What’s most notable in driving the CX-5 is that bumps are now absorbed by the suspension rather than your butt. It is comfortable, though perhaps not plush, over all road surfaces. There’s no more crashing over expansion joints or manhole covers. Instead, the Mazda feels like it flattens out the road surface below you, handily soaking up most unpleasant inputs.
All the same, the crossover hasn’t lost the engaging driving demeanor that I loved before. Perhaps there’s a little more roll and pitch, but for the most part the CX-5 turns in sharply, settles quickly through bends, and is unperturbed by mid-corner bumps. The steering is heavier than anything else in the class, with weighting that builds gradually as you dial in more speed and angle. While not exactly talkative, there is at least some feedback through the wheel, unlike most other small CUVs. Push the Sport button for the transmission, find some winding roads, and you’ll have a remarkable amount of fun considering this is a 187-hp crossover.
Whether you’re driving or just along for the ride, you’ll note that Mazda has also revamped the entire inside of the CX-5. It now looks a lot like the CX-9, with new polygonal air vents, smarter climate-control switchgear, front door armrests that are now flat rather than rising at the front of the doors, and new gauges with a 4.7-inch colour trip computer. The shifter was repositioned forward by a miniscule amount so it is easier to reach. The optional head-up display now is full-color and projects onto the windshield, rather than on a tiny piece of plastic atop the dash, so it takes less time to refocus your gaze on it. And the Mazda Connect infotainment system moves to a tablet-like spot at the top of the dash.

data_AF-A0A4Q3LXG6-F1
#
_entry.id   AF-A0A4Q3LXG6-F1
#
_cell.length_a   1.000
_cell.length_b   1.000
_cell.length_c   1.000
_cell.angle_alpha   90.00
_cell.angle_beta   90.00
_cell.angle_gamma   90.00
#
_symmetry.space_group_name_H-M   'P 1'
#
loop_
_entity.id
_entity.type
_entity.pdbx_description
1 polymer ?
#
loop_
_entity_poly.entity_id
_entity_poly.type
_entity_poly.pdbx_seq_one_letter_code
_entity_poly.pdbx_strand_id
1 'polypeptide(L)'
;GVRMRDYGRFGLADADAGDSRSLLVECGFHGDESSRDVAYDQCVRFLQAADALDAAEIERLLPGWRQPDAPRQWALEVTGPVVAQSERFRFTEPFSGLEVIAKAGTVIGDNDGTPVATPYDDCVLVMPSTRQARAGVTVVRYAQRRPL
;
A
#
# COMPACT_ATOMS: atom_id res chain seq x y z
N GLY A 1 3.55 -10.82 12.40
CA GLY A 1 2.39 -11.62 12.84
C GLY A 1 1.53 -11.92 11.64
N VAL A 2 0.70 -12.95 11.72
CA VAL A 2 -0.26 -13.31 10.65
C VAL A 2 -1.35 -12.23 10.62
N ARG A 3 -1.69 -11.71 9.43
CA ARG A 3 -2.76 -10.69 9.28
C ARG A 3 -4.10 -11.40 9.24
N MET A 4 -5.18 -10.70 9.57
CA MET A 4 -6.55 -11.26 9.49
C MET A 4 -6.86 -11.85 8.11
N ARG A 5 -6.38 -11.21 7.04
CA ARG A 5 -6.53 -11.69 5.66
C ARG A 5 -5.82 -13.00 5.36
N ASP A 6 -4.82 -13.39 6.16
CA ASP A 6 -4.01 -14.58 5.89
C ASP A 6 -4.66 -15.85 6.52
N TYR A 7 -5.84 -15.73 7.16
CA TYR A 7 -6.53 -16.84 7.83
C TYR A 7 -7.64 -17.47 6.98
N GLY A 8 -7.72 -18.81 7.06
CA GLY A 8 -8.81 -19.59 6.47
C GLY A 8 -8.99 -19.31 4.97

There are also changes that you won’t notice, but you will appreciate. A new side-view mirror and A-pillar “sail panel” design provides a teensy bit more visibility, helpful for urban driving. The door handles are now closer to the driver and passenger, making it easier to open the door, Mazda claims. The exterior door handles have been redesigned for easier gripping, and the steering wheel was specifically reshaped to improve long-term comfort as you wrap your fingers around its rim. The windshield wipers are available with an electric heating element for cold mornings. And a new sound-system design allows for smaller door speakers, thus improving door pocket space. The sunroof is even larger, in direct response to buyer feedback.
Cargo space in the back actually falls a little bit on paper, from 965 to 875 litres with the rear seats up and 1,852 to 1,687 with them lowered. That puts the new CX-5 on the lower end of the class in terms of cargo room, way behind the Honda CR-V (1,110/2,146) and Toyota RAV4 (1,087/2,078). Mazda counters that the primary measurement difference is due to the new model’s lower roofline, cutting floor-to-ceiling height by 53 millimetres, and that real-world storage space will be pretty much the same as before for most owners. But it’s an important consideration of cargo room is a primary buying concern.